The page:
Fred Halliday, emeritus professor of International Relations at the London School and ICREA lecturer at the IBEI (Barcelona Institute of International Studies) died in April 2010. His friends, colleagues and students from around the world have written a great deal (see opendemocracy) about his contributions on a human and intellectual level: twenty books written, knowledge of ten languages, a taste for teaching and conversation, analytical non-conformism and critical ability, and a commitment to thorough research.

    Shocked and Awed. How the war on the terror and jihad have changed the English language, London: Tauris, 2010) is a posthumous book, submitted for publication before his death, and a valuable contribution to understanding in dictionary format, in 12 chapters (ranging from US Intelligence and 11 September to the euphemisms of war, such as "collateral damage", taking in jihad, Israel and Palestine and the use of the exculpatory passive form of verbs). It is a magnificent work that includes research and fact gathering (linguistic items and expressions really used and gathered over seven years), an accurate contextual analysis of the expressions and a particularly painstaking theoretical and interpretative framework. In specific terms, as the author says in the introduction, it is a study of the relationship between power and words, and how language is used to attempt to control events and facts, and a study of the order and disorder of words. To quote literally, "that those who seek to control events, people and their minds also seek to control language is a truism on politics, as it is of the major religions." What is interesting and what the book shows is the attempt to control all of this, with the same level of failure, is as prevalent among those who oppose the states who do so. It is a great book, which once again shows how much we still miss Fred. Thank you for this gift which I believe will not be the last. Make an effort to read it, and enjoy it while you learn.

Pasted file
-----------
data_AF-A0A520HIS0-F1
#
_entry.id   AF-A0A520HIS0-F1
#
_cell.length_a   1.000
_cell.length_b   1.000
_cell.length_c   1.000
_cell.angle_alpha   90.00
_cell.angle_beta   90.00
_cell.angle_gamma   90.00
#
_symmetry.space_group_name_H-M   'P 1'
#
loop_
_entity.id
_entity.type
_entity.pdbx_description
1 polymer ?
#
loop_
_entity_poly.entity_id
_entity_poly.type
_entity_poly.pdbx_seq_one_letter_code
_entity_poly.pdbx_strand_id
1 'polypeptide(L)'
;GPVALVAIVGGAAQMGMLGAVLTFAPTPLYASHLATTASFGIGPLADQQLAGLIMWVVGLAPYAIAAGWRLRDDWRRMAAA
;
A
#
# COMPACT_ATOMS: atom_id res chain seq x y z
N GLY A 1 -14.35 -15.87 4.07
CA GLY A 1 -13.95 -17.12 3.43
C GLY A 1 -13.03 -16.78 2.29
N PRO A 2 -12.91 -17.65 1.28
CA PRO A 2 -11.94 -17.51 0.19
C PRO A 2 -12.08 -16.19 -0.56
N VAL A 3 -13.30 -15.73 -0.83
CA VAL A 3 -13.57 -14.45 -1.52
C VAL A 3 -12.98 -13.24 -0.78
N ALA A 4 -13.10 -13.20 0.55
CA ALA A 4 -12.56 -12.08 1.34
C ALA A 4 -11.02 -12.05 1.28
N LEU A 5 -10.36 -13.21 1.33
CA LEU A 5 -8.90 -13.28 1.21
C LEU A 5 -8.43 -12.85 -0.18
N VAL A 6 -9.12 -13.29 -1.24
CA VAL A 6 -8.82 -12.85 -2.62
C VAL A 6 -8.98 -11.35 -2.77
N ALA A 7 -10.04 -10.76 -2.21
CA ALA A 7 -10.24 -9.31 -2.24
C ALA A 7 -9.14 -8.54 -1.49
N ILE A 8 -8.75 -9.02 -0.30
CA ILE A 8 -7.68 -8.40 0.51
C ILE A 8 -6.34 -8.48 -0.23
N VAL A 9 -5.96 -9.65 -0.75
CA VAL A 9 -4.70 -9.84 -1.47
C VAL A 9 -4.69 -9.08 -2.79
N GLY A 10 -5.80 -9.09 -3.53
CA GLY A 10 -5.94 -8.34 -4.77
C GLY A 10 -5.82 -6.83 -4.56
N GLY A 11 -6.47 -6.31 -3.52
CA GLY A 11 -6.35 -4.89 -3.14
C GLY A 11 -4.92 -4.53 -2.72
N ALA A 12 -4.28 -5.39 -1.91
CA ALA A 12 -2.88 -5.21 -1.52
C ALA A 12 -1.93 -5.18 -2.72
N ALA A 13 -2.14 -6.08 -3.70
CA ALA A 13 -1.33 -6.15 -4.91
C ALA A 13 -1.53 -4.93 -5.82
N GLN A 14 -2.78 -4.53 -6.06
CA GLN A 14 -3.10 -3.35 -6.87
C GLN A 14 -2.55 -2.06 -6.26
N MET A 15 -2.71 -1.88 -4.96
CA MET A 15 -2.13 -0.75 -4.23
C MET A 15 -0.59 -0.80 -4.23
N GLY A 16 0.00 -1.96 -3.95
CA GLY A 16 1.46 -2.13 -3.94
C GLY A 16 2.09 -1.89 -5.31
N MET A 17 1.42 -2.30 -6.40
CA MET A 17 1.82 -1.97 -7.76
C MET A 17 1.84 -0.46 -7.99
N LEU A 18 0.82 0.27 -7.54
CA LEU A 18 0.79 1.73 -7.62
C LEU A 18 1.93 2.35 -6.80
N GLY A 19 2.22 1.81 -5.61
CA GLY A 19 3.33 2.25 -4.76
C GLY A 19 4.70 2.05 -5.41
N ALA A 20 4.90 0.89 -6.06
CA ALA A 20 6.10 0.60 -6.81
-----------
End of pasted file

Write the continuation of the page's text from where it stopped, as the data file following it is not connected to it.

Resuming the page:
R. G.

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    Disputes and words

    Weildler Guerra Curvelo. La disputa y la palabra. La ley en la sociedad Wayuu. Bogotà: Ministerio de Cultura, 2002.

    For the Wayuu, an indigenous people of Colombia and Venezuela, disagreements between individuals and groups are not necessarily undesirable or symptoms of a social pathology. Indeed, they are considered as recurring events that are inherent to community life, and the conflict resolution process is perceived as an opportunity to improve social relations. This process takes place by means of palabreros or pütchipü'ü, who are specialists in resolving disputes using words.

    The author explains how the palabreros use effective rhetoric to maintain social harmony with no need for police involvement, the use of force or other coercive mechanisms. It emphasises that Wayuu justice is restorative rather than punitive. The book also looks at the coexistence and tensions between this traditional system of resolving disputes and the application of national legislation.

    The Wayuu legal system has recently been declared part of the Intangible Cultural Heritage of Humanity by UNESCO. The ICIP took an interest in the subject, and organised a talk with Weildler Guerra and other specialists on indigenous peoples and conflict resolution on 26 November.

    The author, a renowned Colombian anthropologist and ex-secretary for indigenous affairs in the Department of La Guajira, also has Wayuu indigenous roots and is related to palabreros. As well as the quality of his ethnographic studies, his roots and his links with the community studied means that reading a book is essential for experts and will arouse the interest of novices.